“It’s bright pink so I can find it in my purse,” she says. “I never had to use it, but lately I am thinking about it after all these incidents are happening,” she says about the summer’s rash of violence in Providence. As the pandemic ebbs and flows, now she worries that crime is also affecting the city’s hospitality industry and tourism.

“This whole thing in Providence is troublesome,” she says.

For someone with a high-stress job, there needs to be a release. For Venturini, it’s golf. She loves it not as much for the game but because it gets her out in nature, away from it all.
“I look at the beautiful trees, the grass, the birds, the turkeys, all the critters I can find,” she says.

Several years ago, she was ready to give up the game. She was competing in a couple’s league at Ledgemont Country Club with her husband, but things were busy at work. “I was in the driveway, thinking it was so hard for me to leave work and I just thought I’d take some time off and quit,” Venturini says. “But I met Tony on the golf course, and he helped me along. Golf is the thing we do together.”

That night, Venturini whacked a ball hard with her club from the teeing area and they watched it soar. They couldn’t see where it landed, but they heard the group ahead of them screaming. As they approached the hole, Venturini searched for her ball while the other group shouted and pointed. She walked over, looked in the hole and found it.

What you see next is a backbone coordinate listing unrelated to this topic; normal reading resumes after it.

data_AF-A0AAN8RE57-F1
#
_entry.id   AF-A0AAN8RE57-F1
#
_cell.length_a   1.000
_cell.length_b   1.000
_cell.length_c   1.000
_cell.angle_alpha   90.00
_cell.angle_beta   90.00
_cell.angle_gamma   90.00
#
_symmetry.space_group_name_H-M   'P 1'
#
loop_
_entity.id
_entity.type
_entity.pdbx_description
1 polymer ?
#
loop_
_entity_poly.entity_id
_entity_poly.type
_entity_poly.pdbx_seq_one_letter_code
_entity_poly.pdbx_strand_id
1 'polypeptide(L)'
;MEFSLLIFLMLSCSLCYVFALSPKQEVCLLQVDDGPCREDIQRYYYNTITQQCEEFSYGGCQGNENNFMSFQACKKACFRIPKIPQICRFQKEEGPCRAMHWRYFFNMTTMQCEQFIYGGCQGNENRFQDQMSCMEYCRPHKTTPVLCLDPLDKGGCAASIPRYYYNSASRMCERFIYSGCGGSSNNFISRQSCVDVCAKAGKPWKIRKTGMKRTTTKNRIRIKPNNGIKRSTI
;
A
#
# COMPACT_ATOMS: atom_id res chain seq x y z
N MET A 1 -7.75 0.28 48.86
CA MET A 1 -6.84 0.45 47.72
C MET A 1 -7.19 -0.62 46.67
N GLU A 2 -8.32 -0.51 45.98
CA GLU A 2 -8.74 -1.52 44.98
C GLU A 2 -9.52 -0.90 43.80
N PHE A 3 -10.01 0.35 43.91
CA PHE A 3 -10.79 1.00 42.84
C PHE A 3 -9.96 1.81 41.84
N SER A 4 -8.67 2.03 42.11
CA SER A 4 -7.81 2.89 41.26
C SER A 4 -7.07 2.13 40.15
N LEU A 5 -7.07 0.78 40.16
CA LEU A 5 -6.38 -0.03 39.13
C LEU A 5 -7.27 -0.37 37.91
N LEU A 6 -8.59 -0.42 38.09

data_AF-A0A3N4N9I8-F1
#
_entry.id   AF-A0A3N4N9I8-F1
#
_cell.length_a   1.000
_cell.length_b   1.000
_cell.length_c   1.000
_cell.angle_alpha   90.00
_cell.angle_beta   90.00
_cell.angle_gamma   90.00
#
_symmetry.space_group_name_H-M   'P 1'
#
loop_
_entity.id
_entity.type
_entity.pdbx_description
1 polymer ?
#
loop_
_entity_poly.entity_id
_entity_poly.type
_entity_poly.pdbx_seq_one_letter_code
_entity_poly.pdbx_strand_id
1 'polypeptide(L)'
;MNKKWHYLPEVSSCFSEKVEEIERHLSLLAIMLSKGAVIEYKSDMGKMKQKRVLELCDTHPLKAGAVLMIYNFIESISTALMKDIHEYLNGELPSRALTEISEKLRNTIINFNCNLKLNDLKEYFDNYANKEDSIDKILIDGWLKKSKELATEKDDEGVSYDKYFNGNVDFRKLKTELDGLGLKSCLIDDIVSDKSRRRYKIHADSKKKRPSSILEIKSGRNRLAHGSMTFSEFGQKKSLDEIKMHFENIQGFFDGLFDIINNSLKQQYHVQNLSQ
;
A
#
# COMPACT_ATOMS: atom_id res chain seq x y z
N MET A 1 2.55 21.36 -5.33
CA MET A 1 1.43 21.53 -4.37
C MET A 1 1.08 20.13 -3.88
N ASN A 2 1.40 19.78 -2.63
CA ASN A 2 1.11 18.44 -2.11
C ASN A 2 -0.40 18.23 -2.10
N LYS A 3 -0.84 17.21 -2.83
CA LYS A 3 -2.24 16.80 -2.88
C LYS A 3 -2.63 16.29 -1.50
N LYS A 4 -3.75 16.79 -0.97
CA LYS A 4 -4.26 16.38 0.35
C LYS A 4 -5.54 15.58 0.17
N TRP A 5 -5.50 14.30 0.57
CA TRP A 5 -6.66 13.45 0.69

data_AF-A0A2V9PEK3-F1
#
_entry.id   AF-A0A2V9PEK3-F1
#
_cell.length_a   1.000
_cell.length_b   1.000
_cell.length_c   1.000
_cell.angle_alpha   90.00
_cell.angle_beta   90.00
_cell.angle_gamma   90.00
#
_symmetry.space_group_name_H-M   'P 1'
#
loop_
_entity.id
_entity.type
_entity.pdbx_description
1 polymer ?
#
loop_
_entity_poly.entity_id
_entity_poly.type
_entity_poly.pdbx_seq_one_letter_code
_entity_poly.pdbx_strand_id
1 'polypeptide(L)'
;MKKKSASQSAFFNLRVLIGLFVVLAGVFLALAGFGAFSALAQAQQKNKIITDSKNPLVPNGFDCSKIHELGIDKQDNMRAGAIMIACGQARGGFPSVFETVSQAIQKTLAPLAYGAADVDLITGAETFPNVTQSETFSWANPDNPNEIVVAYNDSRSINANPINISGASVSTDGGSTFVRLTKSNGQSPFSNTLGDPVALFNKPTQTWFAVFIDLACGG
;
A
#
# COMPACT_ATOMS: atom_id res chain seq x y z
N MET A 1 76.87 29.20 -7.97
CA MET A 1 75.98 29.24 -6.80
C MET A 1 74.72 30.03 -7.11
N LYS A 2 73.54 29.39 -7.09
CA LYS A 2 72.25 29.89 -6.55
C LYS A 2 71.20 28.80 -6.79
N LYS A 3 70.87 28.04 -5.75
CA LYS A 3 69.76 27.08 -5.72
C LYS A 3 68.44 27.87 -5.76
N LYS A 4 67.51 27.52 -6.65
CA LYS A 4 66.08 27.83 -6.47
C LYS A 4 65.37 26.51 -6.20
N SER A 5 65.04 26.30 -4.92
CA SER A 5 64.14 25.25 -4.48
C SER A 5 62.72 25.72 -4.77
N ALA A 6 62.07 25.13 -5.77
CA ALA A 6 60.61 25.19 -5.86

“It was like someone was sending me a message,” she says.

Tony just looked at her with a sly smile. “He says, ‘I guess you’re not giving up golf.’ ”

Similarly, she’s showing no signs of stopping at RIHA. Venturini works day and night, especially now that supply chain issues are exacerbated and hospitality staff have been exiting the industry and recruiting a new workforce is necessary.

“There’s no slowing down, because it’s not over,” Venturini says.

When she needs a break, her clubs will be there, ready to take the heat.